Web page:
'Being there' at the millennial moment
Ralph Costas is in a Y2K funk.Skip to next paragraph
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Weeks ago he narrowed his New Year's eve plans to three possibilities:
*A "personal growth experience" in the Peruvian Amazon (complete with nocturnal cleansing ceremony, $2,499).
*Hunting elephant, rhino, leopard, Cape buffalo, and lion in Africa ($10,995).
*A black-tie ball in the style of Russian czars, with a horse-drawn troika ride at Catherine's Palace, St. Petersburg, Russia ($3,999).
Now the excursions are a vanished dream. After a "democratic" family vote with wife and kids, Mr. Costas will be in his California home with friends and in-laws for a night of singing, cookies, and nog.
The choice reflects a common struggle: deciding how to mark an event that comes but once in 1,000 years.
"So many multithousand-dollar excursions to choose from, so few millennium eves," mourns Costas, a writer.
The same dilemma - to party hearty or to hug the hearth - may have faced revelers planning for Dec. 31, 999. How we answer the question today, say cultural observers, explains much about how the world has changed, the issues we face, and how we perceive the world as humanity passes a major milestone (at least on the calendar).
The 'I remember' impulse
"We have become so much a self-conscious culture of 'I remember when ...' that we are consuming all these pre-packaged experiences, not for the experiences themselves but to mark the event for posterity," says Robert Thompson, a cultural historian at Syracuse University in New York.
"It's the fear that if you say, 'I was taking a nap and scratching myself' as the clock struck 12, that you will never be a part of the great conversation," he adds. "We feel that if we don't give our kids a link for their memory, we may deprive them of social currency for the rest of their lives, like they won't marry well or get into good schools."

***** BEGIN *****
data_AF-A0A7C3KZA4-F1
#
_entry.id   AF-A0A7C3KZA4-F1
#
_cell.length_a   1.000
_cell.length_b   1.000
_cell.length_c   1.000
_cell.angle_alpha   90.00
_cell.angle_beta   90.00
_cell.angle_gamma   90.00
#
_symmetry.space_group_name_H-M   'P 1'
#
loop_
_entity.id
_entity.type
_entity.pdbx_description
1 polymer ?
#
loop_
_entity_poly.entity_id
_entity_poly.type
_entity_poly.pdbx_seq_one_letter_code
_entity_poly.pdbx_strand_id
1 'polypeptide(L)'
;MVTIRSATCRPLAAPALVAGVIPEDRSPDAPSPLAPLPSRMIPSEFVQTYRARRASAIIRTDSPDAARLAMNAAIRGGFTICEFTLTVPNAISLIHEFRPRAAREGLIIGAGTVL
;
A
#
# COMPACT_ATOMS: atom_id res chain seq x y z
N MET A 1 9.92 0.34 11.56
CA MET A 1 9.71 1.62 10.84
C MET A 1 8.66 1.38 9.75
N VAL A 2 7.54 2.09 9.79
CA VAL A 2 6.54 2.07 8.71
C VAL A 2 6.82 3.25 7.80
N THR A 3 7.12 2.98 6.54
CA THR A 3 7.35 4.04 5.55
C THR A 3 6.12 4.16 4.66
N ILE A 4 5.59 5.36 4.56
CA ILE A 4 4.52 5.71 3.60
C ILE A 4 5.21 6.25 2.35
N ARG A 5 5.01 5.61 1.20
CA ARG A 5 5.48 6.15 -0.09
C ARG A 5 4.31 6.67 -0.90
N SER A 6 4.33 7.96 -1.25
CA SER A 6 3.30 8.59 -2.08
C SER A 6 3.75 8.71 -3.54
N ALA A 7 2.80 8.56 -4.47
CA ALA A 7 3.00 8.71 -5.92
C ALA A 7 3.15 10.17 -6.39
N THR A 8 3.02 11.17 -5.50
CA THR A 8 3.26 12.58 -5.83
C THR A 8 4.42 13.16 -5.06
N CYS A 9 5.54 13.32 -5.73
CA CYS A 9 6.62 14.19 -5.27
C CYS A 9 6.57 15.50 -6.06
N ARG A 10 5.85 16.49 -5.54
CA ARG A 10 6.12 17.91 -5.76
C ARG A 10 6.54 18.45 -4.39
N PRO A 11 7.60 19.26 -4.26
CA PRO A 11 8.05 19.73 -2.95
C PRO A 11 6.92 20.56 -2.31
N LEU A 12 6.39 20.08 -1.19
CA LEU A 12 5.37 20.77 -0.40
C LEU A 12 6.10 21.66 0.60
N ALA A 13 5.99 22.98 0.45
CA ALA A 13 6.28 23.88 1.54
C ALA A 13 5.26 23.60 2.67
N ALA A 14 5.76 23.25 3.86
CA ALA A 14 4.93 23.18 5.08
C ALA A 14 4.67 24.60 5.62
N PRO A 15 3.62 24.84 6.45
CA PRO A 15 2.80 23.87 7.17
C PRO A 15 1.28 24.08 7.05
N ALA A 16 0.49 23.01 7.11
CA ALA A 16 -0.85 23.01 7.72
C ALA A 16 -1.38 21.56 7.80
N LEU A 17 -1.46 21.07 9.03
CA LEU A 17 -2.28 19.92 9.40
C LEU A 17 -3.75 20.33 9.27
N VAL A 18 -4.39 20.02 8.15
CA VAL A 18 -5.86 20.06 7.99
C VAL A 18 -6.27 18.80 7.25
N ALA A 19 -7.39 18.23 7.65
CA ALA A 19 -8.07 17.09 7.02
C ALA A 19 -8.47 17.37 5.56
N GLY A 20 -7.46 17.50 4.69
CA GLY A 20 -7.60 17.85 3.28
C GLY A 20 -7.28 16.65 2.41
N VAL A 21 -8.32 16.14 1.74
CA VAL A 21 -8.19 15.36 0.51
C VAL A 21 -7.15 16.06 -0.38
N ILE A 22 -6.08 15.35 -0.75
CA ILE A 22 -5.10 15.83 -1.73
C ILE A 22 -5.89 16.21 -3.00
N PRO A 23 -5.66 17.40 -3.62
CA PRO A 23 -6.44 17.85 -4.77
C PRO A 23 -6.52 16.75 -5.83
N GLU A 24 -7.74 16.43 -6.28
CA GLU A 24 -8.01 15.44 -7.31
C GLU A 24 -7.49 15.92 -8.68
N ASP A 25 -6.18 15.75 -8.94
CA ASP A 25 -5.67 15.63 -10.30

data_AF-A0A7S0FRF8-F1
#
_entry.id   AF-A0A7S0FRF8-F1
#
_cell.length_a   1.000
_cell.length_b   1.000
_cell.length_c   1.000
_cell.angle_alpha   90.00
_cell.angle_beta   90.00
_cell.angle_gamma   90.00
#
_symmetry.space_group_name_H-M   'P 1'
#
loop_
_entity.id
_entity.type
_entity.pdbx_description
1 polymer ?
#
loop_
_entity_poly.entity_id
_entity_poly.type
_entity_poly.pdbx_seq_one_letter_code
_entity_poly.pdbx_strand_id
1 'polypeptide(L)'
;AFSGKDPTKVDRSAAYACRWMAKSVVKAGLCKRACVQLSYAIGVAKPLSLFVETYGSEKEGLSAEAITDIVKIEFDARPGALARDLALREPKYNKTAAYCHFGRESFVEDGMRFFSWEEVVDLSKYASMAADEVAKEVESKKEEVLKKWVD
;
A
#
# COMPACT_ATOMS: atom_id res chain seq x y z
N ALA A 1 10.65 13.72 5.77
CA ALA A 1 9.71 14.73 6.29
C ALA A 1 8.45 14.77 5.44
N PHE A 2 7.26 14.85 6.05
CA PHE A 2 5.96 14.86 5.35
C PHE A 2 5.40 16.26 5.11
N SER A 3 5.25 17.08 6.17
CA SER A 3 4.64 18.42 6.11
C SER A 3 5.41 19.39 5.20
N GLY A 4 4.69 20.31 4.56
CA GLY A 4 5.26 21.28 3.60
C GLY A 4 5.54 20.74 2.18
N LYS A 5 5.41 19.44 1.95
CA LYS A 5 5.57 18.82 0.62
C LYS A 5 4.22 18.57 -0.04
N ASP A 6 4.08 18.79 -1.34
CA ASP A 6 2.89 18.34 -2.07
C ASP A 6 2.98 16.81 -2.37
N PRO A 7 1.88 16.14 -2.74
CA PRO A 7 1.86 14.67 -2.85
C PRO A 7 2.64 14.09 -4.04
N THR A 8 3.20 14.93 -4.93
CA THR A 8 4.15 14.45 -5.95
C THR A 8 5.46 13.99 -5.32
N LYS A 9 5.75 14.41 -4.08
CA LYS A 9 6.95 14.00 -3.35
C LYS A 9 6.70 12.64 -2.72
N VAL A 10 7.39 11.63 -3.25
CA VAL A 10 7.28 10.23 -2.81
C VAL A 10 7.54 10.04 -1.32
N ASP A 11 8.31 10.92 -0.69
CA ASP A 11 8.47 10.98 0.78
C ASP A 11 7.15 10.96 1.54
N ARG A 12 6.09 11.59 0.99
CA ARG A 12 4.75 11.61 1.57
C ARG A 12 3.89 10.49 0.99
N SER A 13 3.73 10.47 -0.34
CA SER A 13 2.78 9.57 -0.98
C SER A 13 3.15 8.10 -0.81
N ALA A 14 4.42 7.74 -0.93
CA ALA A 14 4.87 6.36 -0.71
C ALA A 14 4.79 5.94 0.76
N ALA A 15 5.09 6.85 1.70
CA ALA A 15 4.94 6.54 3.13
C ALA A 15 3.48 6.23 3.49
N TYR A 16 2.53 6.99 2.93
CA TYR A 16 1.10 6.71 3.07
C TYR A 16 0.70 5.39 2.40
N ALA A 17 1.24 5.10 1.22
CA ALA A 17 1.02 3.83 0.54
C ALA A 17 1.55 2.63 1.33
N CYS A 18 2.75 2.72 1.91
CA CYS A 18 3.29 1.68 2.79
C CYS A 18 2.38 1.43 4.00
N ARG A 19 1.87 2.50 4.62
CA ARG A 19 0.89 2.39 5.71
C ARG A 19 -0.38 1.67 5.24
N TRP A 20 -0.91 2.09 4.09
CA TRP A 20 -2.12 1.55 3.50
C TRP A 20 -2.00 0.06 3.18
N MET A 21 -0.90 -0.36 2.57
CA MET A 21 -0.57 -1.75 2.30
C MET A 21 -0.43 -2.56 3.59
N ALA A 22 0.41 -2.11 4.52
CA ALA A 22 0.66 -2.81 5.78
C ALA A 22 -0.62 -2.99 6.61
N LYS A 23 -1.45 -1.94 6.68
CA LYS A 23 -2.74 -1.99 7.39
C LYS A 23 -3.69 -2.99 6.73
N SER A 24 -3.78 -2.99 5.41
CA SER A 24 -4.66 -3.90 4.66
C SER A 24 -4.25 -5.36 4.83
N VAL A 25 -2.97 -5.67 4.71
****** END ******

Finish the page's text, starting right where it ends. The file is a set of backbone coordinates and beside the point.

With the date fast approaching, the dynamic of decisionmaking is changing almost hourly. Because of early reports that many extravaganzas are short on business, slashed ticket prices are drawing new customers for everything from hikes up Ngorogoro Crater in Tanzania and prayer vigils at the Garden of Gethsemane to flotillas of tall ships off New Zealand.
Ron and Maralee Knowlen were all set to spend another New Year's Eve at a senior center, dancing with friends. Then they heard about a group tour to China - seven days, including air fare, food, and lodging for $880. Now they will be doing the samba on the Great Wall in the morning, a cha-cha in Ming Tombs at noon, and the rumba in Tiananmen Square beneath fireworks at midnight.
"For me, it just sounded like something really fun and different to do for a once-in-a-lifetime celebration," says Mrs. Knowlen, a retired school principal. "For Ron, it was the price."
Price was also a factor for Krishan Kumar, a sociologist at the University of Virginia in Charlottesville, who was all set to be in Manhattan's Time Square to watch the new Waterford Crystal ball drop. Then he found a half-price fare to Rome ($800 round trip) and will now hang out by the Pantheon with his wife and son come midnight.